An 1870 engraving of Benjamin Franklin

An 1870 engraving of Benjamin Franklin Credit: Getty Images/benoitb

When the documentary “Benjamin Franklin” aired on PBS earlier this year, it brought many of the usual pleasures of Ken Burns’ work. 

My introduction to his documentaries came in 1990, when my father called to ask, “Are you watching this Civil War thing on PBS? It’s the best television show ever!”

That man loved a documentary, but … it was. Burns redefined documentary filmmaking 30 years ago and continues to entertain, educate and astonish.

Franklin was his perfect subject: You think you know the tale and then Burns says, “Did you know he was 37 years older than Thomas Jefferson, illegally ran away from an apprenticeship under his brother to begin anew in Philadelphia, opposed secession from England until the last minute, and could have won multiple Nobel Prizes for science?”

Fine, Ken, we know nothing. Continue.

But of all the anecdotes and accomplishments unveiled in the Franklin biopic, what stuck was Franklin’s ability, having lost a debate or seen his opinion disproved … to change his mind. 

It sometimes seems we’ve lost touch with this concept: The side that loses a fair debate is supposed to alter its opinion and actions.

With Franklin, the clearest example is his views of Black people, which were execrable in his youth, and for much of his life. The broad issue of Franklin and race is too complex to take on here, but briefly: He was a slave owner who detested Black people for decades, considering them patently inferior. His earliest opposition to slavery centered not on its cruelty but that it weakened whites by making them lazy.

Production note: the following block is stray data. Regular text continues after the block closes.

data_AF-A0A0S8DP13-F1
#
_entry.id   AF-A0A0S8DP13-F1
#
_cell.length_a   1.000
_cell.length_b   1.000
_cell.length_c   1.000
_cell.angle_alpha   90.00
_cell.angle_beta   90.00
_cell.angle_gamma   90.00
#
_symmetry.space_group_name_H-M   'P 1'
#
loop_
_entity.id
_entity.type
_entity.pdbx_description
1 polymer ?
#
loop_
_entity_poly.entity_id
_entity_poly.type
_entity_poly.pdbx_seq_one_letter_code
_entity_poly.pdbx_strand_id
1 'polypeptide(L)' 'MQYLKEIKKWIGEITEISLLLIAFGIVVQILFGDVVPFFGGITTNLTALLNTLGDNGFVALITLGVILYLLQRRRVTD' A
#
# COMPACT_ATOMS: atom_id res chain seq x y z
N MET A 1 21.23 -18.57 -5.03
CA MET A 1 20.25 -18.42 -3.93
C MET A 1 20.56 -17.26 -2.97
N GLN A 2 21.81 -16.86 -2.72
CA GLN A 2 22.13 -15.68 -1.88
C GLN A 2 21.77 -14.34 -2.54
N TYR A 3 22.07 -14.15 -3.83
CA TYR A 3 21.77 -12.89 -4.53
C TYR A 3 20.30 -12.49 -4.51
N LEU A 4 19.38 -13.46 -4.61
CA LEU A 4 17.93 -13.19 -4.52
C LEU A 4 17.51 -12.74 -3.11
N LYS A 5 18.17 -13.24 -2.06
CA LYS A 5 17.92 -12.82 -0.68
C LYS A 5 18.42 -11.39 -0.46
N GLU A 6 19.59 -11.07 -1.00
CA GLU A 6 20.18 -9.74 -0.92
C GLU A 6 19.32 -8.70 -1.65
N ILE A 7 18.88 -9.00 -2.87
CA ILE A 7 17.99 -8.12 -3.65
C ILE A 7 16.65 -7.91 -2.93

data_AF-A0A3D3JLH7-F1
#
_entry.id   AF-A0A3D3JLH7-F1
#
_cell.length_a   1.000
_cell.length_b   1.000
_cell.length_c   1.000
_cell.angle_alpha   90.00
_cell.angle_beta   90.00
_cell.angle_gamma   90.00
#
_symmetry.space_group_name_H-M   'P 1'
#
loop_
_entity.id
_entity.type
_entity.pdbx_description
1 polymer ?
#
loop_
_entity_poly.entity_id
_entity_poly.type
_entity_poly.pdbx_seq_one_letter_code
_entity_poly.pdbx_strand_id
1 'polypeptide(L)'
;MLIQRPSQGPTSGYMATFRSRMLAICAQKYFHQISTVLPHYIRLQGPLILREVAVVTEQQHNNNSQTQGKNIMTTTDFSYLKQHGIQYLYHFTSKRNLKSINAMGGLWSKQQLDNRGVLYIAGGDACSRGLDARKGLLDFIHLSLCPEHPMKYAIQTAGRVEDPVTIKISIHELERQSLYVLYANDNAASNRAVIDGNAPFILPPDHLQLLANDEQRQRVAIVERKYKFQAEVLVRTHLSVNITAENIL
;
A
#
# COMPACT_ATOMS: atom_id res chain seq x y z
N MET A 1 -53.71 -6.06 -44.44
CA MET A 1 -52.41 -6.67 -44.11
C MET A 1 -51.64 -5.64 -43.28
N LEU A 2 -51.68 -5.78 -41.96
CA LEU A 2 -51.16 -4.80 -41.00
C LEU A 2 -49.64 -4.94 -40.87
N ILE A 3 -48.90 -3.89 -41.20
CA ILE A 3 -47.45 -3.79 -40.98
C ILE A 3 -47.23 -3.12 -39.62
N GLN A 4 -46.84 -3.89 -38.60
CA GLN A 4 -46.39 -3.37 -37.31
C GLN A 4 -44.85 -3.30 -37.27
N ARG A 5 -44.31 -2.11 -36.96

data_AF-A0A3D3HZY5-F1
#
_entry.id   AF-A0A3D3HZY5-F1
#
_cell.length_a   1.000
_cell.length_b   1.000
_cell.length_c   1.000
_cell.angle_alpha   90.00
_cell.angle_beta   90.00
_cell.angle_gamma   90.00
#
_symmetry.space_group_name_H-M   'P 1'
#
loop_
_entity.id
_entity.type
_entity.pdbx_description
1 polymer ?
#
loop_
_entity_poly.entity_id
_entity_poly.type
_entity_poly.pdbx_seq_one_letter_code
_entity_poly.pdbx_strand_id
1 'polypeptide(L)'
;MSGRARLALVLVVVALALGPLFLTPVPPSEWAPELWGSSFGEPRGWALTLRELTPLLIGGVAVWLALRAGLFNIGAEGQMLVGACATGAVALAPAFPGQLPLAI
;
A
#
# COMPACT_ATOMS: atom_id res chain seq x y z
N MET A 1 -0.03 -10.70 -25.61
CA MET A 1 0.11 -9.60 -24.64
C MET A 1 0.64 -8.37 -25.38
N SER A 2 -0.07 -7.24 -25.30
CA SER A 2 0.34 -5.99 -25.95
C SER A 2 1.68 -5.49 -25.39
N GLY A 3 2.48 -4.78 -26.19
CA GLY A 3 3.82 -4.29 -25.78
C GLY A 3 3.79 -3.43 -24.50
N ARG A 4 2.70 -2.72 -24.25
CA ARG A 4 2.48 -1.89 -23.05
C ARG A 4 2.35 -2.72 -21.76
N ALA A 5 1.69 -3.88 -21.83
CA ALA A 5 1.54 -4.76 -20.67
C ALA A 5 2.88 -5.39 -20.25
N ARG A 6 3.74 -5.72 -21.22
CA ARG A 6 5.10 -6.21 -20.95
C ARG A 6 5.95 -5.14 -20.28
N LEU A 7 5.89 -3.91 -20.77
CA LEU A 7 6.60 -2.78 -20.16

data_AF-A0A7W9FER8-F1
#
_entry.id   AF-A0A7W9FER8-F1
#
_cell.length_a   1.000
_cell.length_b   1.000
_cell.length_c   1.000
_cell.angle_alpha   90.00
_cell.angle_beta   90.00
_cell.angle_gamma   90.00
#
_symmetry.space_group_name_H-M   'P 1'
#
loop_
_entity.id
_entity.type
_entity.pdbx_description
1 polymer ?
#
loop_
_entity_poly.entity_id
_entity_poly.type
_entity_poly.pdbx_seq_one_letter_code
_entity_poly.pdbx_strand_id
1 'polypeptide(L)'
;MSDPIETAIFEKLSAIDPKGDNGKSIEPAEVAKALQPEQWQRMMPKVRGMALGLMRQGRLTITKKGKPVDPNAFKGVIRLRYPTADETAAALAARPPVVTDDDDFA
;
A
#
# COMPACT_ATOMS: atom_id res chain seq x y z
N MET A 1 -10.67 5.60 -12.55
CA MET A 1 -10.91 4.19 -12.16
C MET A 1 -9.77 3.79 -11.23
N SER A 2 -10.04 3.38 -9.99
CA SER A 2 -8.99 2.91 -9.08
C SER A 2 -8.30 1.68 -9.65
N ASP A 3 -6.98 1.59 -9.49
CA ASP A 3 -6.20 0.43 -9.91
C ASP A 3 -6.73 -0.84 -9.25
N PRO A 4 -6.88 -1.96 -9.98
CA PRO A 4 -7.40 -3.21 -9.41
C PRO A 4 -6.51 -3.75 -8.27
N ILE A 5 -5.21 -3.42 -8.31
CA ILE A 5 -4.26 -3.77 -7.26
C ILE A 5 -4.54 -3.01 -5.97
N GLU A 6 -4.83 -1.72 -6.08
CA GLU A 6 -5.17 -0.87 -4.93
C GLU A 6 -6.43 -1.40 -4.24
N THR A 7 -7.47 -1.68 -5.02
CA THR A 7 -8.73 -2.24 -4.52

Of Blacks themselves, Franklin said in a 1751 essay, “Almost every slave by nature [was] a thief.” But of slavery, he wrote that “slaves also pejorate the Families that use them; the White children become proud, disgusted with Labour, and being educated in Idleness, are unfit to get a Living by Industry.”

The change in his opinion came in fits and spurts, but one event sticks out.   

In 1763, Franklin visited a school for Black children in Philadelphia where his wife had enrolled a family slave, Othello. Afterward, Franklin wrote, “I was in the whole much pleased, and from what I then saw have conceived a higher opinion of the natural capacities of the Black race than I had ever before entertained. Their apprehension is as quick, their memory as strong and their docility in every respect the equal of white children.”

Another Franklin quote gets right at it: “The hardest thing for a man to do is to change longstanding prejudices of belief, but to succeed in doing it is a test of one’s humanity.”

Franklin acted on this change of heart and mind in many ways, over time. His last public act, in 1790, was to petition the nation’s first sitting Congress to abolish slavery.

Proper debates are won and lost on truth. When we cannot accept the outcome of a fair debate, the defeat of our ideas, it’s because we are putting emotions above fairness and fact.

Fear can make us ignore truth. So can self-interest, when it rises to selfishness. So, too, can tribalism, hatred, greed, malice, love and tradition.

When our argument loses the debate, we’re supposed to change our minds. That’s the only way even a genius like Benjamin Franklin gets better, and it’s not something we’ve improved at in modern life. 

Columnist Lane Filler's opinions are his own.

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